This text [Luke 2:2] casts serious doubts on Luke’s accuracy for two reasons: (1) The earliest known Roman census in Palestine was taken in 6-7 CE, and (2) there is little, if any, evidence that Quirinius was governor of Syria before Herod’s death in 4 BCE. In light of this, many scholars believe that Luke was thinking about the census in 6-7 CE, when Quirinius was governor of Syria … In conclusion, facile solutions do not come naturally to Luke 2:2.

Notice whose “accuracy” has “serious doubts” cast on it: Luke. Notice whose pronouncements are accepted without any question: secular scholars; there is nary a whisper that perhaps the 6 “CE” and 4 “BCE” dates may be wrong. In this case, what they are doing de facto, and certainly unaware of it, is treating Josephus as if he were inerrant at the expense of the accuracy of Luke. But they do not even realize they are doing this, because they do not think to ask the simple questions that must be asked of every secular claim: How do you know? What is your evidence? Is it valid?

Appendix: Luke as Historian

The reliability of Luke as a historian has long been assailed by liberal scholars, and the list of charges brought against his writings is a long one. The following lists some statements by Luke in the book of Acts, followed by the charges brought by the liberals:

  • “Gallio was proconsul of Achaia” (Acts 18:12): Gallio never governed Achaia, since he is not mentioned in any Roman lists, and the title “proconsul of Achaia” is impossible.

  • “Lysanias tetrarch of Abilene” (Luke 3:1): This is an error, since Lysanias died in 36 BC.

  • “the politarchs” (Acts 17:6): This is an error; such a title was never used for city authorities

  • “temple guardians” (neōkoros) in Ephesus (Acts 19:35): This title is impossible.

  • “proconsul” in Cyprus (Acts 13:7,8,12): This title is impossible.

  • “first man of the island” in Malta (Acts 28:7): This title is impossible.

Yet subsequent archaeological discoveries eventually proved that Luke had been correct in every case, despite the confident assertions by the liberal scholars that what Luke had claimed was “impossible.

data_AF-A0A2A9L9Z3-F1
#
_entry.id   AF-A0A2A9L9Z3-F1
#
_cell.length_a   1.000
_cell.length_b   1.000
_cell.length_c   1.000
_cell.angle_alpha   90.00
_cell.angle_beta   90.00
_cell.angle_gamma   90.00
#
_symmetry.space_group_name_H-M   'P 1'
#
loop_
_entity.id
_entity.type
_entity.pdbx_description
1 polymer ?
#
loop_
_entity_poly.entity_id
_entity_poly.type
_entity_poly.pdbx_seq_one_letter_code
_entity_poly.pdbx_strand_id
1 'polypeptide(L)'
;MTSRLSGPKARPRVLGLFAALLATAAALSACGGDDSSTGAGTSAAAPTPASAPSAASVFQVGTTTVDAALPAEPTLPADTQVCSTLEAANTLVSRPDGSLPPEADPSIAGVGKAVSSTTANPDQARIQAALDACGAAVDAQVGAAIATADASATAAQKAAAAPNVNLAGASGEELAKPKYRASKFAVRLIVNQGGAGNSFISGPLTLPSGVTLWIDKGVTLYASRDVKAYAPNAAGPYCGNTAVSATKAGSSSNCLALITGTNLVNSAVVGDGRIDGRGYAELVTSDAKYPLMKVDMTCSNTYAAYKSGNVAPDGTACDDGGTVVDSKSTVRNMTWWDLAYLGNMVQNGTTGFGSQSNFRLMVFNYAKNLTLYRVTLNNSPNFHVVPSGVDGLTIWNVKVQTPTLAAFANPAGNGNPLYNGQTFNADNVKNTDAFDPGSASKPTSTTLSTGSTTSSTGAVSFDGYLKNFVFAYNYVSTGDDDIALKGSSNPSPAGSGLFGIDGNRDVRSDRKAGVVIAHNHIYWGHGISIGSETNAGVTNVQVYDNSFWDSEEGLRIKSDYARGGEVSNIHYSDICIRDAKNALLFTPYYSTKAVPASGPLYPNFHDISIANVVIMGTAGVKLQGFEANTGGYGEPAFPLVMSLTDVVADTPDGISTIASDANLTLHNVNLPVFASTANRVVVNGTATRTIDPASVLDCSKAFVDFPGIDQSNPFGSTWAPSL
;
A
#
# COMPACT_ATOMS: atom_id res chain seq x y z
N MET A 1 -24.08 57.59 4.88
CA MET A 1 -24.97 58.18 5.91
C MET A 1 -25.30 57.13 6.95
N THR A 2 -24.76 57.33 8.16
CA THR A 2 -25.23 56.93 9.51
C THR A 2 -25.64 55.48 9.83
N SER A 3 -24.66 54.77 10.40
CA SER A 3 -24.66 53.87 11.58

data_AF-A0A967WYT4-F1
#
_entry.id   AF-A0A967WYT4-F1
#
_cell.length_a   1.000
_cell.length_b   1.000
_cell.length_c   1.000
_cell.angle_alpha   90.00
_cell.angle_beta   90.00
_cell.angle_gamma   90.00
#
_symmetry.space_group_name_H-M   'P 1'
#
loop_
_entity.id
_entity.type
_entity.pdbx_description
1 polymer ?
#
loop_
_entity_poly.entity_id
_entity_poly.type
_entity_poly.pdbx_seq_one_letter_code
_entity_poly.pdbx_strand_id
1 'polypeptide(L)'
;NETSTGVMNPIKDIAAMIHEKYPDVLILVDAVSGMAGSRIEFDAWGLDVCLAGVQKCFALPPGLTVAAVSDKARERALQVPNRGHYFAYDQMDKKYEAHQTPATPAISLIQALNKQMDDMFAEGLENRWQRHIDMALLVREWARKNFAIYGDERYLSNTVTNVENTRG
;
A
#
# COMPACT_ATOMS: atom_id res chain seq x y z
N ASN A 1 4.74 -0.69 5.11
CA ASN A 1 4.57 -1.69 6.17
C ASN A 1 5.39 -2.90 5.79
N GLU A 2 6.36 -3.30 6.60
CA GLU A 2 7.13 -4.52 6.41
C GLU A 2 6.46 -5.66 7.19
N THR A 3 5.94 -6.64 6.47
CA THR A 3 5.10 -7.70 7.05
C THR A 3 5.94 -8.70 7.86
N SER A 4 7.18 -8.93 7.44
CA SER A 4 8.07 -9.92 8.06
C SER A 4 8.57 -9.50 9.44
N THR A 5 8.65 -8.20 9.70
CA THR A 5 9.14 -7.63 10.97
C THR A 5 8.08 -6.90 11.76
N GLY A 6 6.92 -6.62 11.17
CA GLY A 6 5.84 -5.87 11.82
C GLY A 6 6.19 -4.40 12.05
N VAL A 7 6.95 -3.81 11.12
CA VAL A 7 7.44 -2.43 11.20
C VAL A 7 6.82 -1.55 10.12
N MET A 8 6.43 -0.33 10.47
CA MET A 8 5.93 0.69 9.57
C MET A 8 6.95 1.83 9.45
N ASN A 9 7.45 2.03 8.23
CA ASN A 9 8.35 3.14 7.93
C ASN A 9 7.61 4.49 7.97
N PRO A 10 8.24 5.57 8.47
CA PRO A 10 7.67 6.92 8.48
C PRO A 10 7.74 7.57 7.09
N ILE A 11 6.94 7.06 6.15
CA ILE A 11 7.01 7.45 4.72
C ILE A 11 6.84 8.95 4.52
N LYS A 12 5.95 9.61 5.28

For example, as we have seen, liberal skeptics long insisted that Gallio never governed Achaia, since he is not listed in any Roman lists, and they further confidently maintained that the title “proconsul of Achaia” was impossible. Ergo, Luke is clearly not a reliable historian, they crowed – until an inscription was discovered at Delphi in 1908 that dated to AD 51 and identified “Gallio” as “proconsul.” (Gallio’s tenure was short-lived, beginning in AD 51 and ending in AD 52, which may explain why he was not mentioned in Roman lists.)

Liberal skeptics had also long claimed that Luke identifying Lysanias as tetrarch of Abilene in AD 29 was an error, since Lysanias died in 36 BC – until an inscription was found at Abila that dated between AD 14 and AD 29 and mentioned “Lysanias the tetrarch.

Liberal skeptics had also long insisted insisted that the term “politarchs” was never used as a title for city authorities, a title that Luke had used for the city rulers in Thessalonica (Acts 17:6) – until an inscription dated between AD 69 and AD 79 was found in 1835 in Thessalonica that listed the “politarchs” of the city! In fact, nineteen inscriptions have been discovered thus far that include the title “politarch,” of which five were found in Thessalonica. Indeed, Luke’s track record is unparalleled:

All in all, Luke names thirty-two countries, fifty-four cities, and nine islands without making a single error.

No other Greco-Roman historian even comes close in terms of accuracy.

The great archaeologist Sir William Ramsay, who spent years in the field studying the actual sites at which the events of Acts took place, began as a skeptic based on the teachings of the epicentre of liberal scholarship, Tübingen University in Germany. As he began his on-site studies, he tells us,

I began with a mind unfavourable to [the historical reliability of the New Testament] … but more recently I found myself often brought in contact with the book of Acts as an authority for the topography, antiquities, and society of Asia Minor. It was gradually borne in upon me that in various details the narrative showed marvellous truth. In fact, beginning with the fixed idea that the work was essentially a second-century composition, and never relying on its evidence as trustworthy for first-century conditions, I gradually came to find it a useful ally in some obscure and difficult investigations.”

As he continued his on-site studies, he eventually concluded,